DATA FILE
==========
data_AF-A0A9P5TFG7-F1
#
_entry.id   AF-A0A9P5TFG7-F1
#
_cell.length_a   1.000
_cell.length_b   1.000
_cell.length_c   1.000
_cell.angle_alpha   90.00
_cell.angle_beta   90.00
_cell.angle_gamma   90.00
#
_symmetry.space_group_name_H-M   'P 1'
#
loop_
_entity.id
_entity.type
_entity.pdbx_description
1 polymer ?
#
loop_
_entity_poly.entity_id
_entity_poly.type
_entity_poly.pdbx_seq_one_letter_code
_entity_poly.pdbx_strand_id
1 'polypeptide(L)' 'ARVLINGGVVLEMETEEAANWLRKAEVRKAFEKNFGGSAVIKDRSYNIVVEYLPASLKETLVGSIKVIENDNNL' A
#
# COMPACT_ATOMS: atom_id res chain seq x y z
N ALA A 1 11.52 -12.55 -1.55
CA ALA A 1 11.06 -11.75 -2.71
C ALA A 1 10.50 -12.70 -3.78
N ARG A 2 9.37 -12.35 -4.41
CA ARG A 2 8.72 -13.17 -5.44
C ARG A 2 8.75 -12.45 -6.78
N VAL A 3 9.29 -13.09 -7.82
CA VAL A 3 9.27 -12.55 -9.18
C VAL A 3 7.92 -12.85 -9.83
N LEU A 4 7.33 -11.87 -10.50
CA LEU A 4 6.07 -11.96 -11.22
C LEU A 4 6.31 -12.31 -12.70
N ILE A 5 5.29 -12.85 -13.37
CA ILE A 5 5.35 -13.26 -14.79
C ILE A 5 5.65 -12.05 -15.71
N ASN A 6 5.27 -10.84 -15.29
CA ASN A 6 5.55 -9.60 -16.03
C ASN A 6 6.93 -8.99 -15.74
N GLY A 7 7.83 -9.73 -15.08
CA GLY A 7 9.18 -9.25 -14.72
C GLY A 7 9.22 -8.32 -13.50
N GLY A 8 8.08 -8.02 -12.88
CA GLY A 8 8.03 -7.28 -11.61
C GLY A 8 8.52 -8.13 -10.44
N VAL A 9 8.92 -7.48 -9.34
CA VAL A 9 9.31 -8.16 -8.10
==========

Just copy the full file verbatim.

data_AF-A0A9P5TFG7-F1
#
_entry.id   AF-A0A9P5TFG7-F1
#
_cell.length_a   1.000
_cell.length_b   1.000
_cell.length_c   1.000
_cell.angle_alpha   90.00
_cell.angle_beta   90.00
_cell.angle_gamma   90.00
#
_symmetry.space_group_name_H-M   'P 1'
#
loop_
_entity.id
_entity.type
_entity.pdbx_description
1 polymer ?
#
loop_
_entity_poly.entity_id
_entity_poly.type
_entity_poly.pdbx_seq_one_letter_code
_entity_poly.pdbx_strand_id
1 'polypeptide(L)' 'ARVLINGGVVLEMETEEAANWLRKAEVRKAFEKNFGGSAVIKDRSYNIVVEYLPASLKETLVGSIKVIENDNNL' A
#
# COMPACT_ATOMS: atom_id res chain seq x y z
N ALA A 1 11.52 -12.55 -1.55
CA ALA A 1 11.06 -11.75 -2.71
C ALA A 1 10.50 -12.70 -3.78
N ARG A 2 9.37 -12.35 -4.41
CA ARG A 2 8.72 -13.17 -5.44
C ARG A 2 8.75 -12.45 -6.78
N VAL A 3 9.29 -13.09 -7.82
CA VAL A 3 9.27 -12.55 -9.18
C VAL A 3 7.92 -12.85 -9.83
N LEU A 4 7.33 -11.87 -10.50
CA LEU A 4 6.07 -11.96 -11.22
C LEU A 4 6.31 -12.31 -12.70
N ILE A 5 5.29 -12.85 -13.37
CA ILE A 5 5.35 -13.26 -14.79
C ILE A 5 5.65 -12.05 -15.71
N ASN A 6 5.27 -10.84 -15.29
CA ASN A 6 5.55 -9.60 -16.03
C ASN A 6 6.93 -8.99 -15.74
N GLY A 7 7.83 -9.73 -15.08
CA GLY A 7 9.18 -9.25 -14.72
C GLY A 7 9.22 -8.32 -13.50
N GLY A 8 8.08 -8.02 -12.88
CA GLY A 8 8.03 -7.28 -11.61
C GLY A 8 8.52 -8.13 -10.44
N VAL A 9 8.92 -7.48 -9.34
CA VAL A 9 9.31 -8.16 -8.10